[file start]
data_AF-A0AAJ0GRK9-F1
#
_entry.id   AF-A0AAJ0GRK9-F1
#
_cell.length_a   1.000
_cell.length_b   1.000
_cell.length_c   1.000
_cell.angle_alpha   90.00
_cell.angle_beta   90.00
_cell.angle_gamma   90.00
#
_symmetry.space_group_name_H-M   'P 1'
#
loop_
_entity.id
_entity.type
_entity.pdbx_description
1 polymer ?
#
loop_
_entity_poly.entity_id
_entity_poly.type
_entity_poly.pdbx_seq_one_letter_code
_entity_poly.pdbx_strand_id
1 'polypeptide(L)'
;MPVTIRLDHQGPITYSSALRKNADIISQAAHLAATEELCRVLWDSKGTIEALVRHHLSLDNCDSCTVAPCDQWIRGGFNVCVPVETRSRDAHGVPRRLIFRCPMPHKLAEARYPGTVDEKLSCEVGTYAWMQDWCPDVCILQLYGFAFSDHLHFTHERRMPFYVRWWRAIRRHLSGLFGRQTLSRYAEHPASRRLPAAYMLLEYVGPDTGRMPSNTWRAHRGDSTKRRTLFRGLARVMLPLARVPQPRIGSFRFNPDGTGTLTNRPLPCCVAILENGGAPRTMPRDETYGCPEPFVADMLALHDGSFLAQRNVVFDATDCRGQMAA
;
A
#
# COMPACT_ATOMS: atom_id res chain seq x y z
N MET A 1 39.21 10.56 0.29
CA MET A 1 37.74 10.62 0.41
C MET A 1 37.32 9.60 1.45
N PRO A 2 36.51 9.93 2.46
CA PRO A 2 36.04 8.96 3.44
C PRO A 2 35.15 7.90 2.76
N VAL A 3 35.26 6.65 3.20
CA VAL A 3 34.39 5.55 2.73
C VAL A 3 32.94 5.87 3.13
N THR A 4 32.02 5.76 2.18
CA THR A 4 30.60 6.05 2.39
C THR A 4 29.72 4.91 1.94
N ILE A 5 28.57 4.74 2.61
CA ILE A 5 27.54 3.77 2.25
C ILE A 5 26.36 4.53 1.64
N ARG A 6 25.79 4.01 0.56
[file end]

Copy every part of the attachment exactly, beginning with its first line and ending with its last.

data_AF-A0AAJ0GRK9-F1
#
_entry.id   AF-A0AAJ0GRK9-F1
#
_cell.length_a   1.000
_cell.length_b   1.000
_cell.length_c   1.000
_cell.angle_alpha   90.00
_cell.angle_beta   90.00
_cell.angle_gamma   90.00
#
_symmetry.space_group_name_H-M   'P 1'
#
loop_
_entity.id
_entity.type
_entity.pdbx_description
1 polymer ?
#
loop_
_entity_poly.entity_id
_entity_poly.type
_entity_poly.pdbx_seq_one_letter_code
_entity_poly.pdbx_strand_id
1 'polypeptide(L)'
;MPVTIRLDHQGPITYSSALRKNADIISQAAHLAATEELCRVLWDSKGTIEALVRHHLSLDNCDSCTVAPCDQWIRGGFNVCVPVETRSRDAHGVPRRLIFRCPMPHKLAEARYPGTVDEKLSCEVGTYAWMQDWCPDVCILQLYGFAFSDHLHFTHERRMPFYVRWWRAIRRHLSGLFGRQTLSRYAEHPASRRLPAAYMLLEYVGPDTGRMPSNTWRAHRGDSTKRRTLFRGLARVMLPLARVPQPRIGSFRFNPDGTGTLTNRPLPCCVAILENGGAPRTMPRDETYGCPEPFVADMLALHDGSFLAQRNVVFDATDCRGQMAA
;
A
#
# COMPACT_ATOMS: atom_id res chain seq x y z
N MET A 1 39.21 10.56 0.29
CA MET A 1 37.74 10.62 0.41
C MET A 1 37.32 9.60 1.45
N PRO A 2 36.51 9.93 2.46
CA PRO A 2 36.04 8.96 3.44
C PRO A 2 35.15 7.90 2.76
N VAL A 3 35.26 6.65 3.20
CA VAL A 3 34.39 5.55 2.73
C VAL A 3 32.94 5.87 3.13
N THR A 4 32.02 5.76 2.18
CA THR A 4 30.60 6.05 2.39
C THR A 4 29.72 4.91 1.94
N ILE A 5 28.57 4.74 2.61
CA ILE A 5 27.54 3.77 2.25
C ILE A 5 26.36 4.53 1.64
N ARG A 6 25.79 4.01 0.56